23 July 2018 by Stephanie Henwood
We recently shared an article written by the BBC’s Newsround, ‘Black, Asian and ethnic minorities are not properly represented in Children’s books’
This article came just days after I had read, for the second time, Chloe Perkins ‘Cinderella’ to my darling daughter, Summer.
This book covers the beloved traditional tale of Cinderella the servant girl and her two stepsisters, stepmother, the Fairy godmother and her handsome prince. The twist, being that this particular version of ‘Cinderella’ is set in Mexico.
You will see from some of the pictures that I have shared, the beautiful simplicity of the illustrations depicting this well-known family being of a different ethnic background to what we are used to.
I purchased this book on one of my many visits to the famous Blackwells Bookstores. This time, at a temporary location, one of their annual children’s book fairs located in Oxfords Millets Farm. You see, I have a bit of an addiction when it comes to Bookstores, since my daughter was born, I can’t bear to not purchase at least one fresh, new exciting title for our bookshelf at home.
The day I brought Chloe Perkins Cinderella, nothing particular was going on in my mind. I know the story well, as do others, I saw the beautiful oriental style illustrations and it just grabbed my attention. It had not even crossed my mind that the tale was told from over the seas. Should it have?
I am always looking for something with catchy, funky use of language and unique, eye-grabbing designs.
Over recent years, namely since my time on the Snowflake Books team, I have also become more open-minded and conscious of embracing other cultures too. Could this be why I subconsciously picked up this Mexican twist on Cinderella? Would I have done if I was my younger more ignorant self?
I have become aware of the importance of sharing my views on culture with my family. I want to know that as my children grow older, they will have the ability to form strong, firm bonds with anyone and the education to respect and acknowledge other race and religion as their equal.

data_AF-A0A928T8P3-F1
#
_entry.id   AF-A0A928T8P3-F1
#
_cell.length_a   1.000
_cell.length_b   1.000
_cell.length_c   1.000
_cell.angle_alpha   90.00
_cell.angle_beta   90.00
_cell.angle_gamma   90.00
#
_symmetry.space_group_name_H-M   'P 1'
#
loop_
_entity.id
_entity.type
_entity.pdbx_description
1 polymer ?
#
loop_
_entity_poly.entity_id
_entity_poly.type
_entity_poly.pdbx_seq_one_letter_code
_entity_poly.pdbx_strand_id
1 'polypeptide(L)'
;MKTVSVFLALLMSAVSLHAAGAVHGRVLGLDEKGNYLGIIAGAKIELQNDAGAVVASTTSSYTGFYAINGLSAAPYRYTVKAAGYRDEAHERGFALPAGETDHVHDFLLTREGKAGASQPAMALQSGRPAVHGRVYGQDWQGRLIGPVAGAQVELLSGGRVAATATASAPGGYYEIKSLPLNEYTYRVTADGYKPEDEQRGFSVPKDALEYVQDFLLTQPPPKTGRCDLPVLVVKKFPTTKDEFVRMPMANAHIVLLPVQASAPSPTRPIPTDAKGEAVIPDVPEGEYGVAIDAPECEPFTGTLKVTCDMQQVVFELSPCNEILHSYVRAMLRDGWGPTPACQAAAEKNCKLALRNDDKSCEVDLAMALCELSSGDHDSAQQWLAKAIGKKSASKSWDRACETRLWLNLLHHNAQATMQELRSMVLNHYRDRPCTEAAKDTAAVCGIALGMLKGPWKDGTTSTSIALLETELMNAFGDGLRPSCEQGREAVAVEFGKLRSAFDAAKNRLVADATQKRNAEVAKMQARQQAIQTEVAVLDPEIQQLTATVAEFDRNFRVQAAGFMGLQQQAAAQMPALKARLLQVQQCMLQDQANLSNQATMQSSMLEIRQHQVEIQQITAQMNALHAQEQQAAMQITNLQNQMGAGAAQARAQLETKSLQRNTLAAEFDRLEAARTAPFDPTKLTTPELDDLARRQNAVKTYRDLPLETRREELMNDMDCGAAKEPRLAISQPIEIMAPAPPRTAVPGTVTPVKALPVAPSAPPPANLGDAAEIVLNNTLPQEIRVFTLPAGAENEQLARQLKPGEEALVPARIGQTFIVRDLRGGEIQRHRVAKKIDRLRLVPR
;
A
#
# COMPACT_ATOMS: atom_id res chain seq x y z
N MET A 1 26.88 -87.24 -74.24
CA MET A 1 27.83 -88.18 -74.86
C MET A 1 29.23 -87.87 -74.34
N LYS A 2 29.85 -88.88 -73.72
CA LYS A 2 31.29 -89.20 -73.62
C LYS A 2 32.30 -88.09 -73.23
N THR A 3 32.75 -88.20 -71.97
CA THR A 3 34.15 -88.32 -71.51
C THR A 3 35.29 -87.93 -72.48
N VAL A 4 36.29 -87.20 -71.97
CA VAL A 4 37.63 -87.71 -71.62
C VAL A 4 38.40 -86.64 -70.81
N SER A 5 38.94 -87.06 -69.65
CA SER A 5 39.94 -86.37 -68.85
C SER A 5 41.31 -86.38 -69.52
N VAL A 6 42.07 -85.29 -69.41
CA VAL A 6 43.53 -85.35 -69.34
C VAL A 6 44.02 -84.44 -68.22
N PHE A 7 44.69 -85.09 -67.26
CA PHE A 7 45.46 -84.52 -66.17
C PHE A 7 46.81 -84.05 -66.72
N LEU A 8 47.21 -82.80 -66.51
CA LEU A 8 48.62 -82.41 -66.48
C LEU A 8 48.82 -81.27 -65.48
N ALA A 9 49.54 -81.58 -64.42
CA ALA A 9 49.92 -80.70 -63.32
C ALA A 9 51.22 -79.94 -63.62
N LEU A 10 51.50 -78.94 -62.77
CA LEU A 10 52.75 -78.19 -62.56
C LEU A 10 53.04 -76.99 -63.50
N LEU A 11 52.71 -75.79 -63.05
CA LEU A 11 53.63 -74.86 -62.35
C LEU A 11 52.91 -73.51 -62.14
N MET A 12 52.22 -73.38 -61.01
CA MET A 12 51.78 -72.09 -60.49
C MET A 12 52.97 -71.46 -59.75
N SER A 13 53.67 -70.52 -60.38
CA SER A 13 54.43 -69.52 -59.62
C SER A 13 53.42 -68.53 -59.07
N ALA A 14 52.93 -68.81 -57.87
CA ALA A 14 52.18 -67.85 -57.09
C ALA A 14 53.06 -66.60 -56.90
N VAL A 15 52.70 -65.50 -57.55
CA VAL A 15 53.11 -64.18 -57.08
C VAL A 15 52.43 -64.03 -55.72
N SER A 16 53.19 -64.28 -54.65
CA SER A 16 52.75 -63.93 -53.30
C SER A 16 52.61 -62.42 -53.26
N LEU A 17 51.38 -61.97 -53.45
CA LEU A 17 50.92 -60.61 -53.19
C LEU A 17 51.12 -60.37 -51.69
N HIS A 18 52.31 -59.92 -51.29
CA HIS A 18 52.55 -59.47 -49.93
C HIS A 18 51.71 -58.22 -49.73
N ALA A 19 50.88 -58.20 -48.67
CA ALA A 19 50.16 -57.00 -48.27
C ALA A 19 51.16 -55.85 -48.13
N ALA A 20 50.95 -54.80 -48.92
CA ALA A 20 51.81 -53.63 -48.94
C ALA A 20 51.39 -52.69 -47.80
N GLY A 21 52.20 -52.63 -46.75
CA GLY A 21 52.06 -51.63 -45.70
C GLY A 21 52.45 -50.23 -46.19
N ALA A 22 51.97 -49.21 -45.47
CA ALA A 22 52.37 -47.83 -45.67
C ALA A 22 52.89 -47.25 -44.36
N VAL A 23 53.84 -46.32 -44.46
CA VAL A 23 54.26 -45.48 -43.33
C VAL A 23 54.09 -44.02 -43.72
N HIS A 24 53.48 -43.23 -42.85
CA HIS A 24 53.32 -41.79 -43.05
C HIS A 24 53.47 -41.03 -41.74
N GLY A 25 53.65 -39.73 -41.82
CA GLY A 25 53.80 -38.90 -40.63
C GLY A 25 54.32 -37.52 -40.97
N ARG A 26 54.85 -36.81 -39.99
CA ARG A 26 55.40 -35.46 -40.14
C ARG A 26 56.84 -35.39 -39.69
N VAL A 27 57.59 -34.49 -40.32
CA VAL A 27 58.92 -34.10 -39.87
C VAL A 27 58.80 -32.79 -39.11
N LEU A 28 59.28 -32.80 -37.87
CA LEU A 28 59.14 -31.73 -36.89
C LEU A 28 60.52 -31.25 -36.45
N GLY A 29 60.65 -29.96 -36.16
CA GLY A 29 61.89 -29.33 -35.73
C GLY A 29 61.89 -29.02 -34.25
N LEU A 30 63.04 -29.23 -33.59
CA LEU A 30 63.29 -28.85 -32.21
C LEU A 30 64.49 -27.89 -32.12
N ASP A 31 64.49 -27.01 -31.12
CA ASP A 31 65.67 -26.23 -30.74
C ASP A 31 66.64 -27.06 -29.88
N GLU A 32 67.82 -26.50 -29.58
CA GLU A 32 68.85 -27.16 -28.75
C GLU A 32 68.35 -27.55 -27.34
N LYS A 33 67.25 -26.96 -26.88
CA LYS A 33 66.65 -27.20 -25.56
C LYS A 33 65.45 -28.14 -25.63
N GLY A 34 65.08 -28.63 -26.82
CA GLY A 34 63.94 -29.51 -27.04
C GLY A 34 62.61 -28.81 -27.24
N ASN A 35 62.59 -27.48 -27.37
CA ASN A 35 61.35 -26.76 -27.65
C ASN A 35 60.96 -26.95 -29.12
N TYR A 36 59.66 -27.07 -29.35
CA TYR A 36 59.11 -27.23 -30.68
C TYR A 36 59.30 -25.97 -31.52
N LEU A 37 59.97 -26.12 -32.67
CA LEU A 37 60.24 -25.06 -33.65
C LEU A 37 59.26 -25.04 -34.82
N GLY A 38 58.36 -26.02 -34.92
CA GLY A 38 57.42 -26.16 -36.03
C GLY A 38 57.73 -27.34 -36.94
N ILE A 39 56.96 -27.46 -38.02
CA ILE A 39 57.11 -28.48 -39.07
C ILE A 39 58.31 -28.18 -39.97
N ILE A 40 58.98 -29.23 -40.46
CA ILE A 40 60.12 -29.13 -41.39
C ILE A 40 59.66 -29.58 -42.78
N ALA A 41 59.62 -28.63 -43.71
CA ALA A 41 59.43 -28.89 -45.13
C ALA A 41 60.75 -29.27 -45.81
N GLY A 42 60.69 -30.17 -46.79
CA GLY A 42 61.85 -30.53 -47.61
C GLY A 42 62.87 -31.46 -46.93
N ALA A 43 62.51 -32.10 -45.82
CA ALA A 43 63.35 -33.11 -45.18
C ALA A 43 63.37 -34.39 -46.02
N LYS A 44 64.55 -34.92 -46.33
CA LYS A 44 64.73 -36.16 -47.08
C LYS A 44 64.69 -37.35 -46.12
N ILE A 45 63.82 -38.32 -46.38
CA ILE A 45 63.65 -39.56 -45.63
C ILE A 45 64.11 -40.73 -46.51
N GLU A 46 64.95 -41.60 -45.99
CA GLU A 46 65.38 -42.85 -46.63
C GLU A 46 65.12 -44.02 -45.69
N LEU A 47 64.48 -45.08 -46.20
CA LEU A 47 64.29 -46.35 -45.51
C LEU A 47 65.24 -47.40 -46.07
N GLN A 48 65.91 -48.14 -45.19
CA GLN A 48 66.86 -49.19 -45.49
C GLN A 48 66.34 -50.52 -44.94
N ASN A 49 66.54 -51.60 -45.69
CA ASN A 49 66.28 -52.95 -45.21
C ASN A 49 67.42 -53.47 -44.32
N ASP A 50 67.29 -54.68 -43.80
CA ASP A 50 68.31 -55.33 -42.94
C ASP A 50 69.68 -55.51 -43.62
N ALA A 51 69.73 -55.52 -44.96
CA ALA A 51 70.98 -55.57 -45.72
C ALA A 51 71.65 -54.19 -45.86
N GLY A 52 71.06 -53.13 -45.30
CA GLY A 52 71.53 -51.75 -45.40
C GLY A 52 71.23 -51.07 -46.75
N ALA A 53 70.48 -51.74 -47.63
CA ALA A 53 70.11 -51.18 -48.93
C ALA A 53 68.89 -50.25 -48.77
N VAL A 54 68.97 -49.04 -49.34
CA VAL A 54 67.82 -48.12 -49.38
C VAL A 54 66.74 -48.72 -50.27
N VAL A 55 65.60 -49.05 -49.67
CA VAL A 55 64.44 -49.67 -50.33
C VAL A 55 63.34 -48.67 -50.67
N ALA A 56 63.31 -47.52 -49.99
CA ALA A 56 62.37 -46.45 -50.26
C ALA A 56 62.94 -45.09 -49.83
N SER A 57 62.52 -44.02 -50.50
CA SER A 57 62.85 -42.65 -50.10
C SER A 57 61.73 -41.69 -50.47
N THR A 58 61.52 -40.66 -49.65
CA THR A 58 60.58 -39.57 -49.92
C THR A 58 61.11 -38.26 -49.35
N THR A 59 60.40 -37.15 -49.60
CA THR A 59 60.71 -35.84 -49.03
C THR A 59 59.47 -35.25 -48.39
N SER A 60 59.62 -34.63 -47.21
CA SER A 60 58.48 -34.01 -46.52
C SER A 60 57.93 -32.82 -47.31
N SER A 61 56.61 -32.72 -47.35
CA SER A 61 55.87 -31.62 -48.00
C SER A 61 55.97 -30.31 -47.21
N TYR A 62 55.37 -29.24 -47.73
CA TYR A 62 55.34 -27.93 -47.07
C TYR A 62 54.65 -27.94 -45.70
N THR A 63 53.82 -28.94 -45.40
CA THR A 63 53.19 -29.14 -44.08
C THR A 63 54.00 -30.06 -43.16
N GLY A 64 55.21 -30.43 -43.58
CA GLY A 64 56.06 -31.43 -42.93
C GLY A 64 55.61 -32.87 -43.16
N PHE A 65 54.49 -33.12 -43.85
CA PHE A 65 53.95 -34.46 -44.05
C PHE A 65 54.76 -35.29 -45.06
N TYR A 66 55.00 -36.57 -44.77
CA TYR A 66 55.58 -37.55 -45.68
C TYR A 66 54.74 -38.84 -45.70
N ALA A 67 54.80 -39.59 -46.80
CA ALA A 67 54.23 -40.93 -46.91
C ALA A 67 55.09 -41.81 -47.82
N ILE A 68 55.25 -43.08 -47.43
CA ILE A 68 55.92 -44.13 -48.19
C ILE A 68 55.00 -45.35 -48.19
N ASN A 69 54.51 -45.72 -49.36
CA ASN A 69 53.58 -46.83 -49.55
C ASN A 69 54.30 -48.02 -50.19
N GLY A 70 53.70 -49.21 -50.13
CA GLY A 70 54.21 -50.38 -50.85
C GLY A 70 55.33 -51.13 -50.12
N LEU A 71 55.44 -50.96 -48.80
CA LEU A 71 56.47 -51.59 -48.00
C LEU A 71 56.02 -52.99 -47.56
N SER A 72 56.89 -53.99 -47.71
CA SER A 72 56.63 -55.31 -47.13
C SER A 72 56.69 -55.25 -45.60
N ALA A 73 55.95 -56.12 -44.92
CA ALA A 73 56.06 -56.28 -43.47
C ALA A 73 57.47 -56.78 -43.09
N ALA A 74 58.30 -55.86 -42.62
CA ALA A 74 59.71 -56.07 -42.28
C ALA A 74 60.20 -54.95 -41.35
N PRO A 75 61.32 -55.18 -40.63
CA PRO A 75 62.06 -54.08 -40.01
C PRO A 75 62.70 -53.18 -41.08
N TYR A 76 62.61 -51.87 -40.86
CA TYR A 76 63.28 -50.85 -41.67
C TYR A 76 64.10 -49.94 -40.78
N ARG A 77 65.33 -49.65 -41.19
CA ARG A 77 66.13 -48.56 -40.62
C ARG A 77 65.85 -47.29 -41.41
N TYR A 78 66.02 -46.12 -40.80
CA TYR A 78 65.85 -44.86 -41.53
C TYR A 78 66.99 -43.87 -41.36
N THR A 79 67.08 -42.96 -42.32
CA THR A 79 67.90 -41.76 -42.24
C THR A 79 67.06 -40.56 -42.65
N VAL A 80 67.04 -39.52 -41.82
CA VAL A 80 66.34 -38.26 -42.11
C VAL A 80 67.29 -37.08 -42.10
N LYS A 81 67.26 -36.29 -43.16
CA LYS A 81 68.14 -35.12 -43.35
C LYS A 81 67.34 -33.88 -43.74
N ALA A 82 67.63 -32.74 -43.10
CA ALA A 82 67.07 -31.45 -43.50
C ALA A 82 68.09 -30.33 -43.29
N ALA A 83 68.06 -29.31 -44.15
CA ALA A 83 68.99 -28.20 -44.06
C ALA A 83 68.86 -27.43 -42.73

I really love the way that Chloe has taken a famous story and recreated it into something just as beautiful. She has shown how simply you can alter a story to help children relate to it. Whether it be new tales or old, popular choices or the lesser known; more authors should be expressing mixed-race, cross-culture in their storybooks to represent the current day in age.
Once Upon A World (published by Simon&Schuster) certainly a series of books that I will be looking into buying more of. For my daughter, being your average white British, it is just as important to me that she see’s everyone as ‘normal’ regardless of race, religion, culture or beliefs. I want Summer to feel comfortable communicating with EVERYONE not just White/British types. And Once Upon A world, along with Snowflake Books are both a great place for us to start.
If you are looking to re-visit some traditional, famous tales then check out the ‘Once Upon a World’ series.
If it is fresh, new, exciting stories you are after to create childhood memories with then follow the link for Snowflake Books and discover their ‘Animal Signs Series’.
When I was writing down my thoughts, another similar article on the under-representation of minority characters in children's books was published by Sky News; There seems to still be a long way for similar-minded people to Snowflake Books team to go and fulfil our goals to promote diversity education with books in the UK. Judging by this article and the research that they completed.
We need to join together to encourage more mixed - culture story books so that children CAN relate to the characters, unlike young Ashaan Pryse.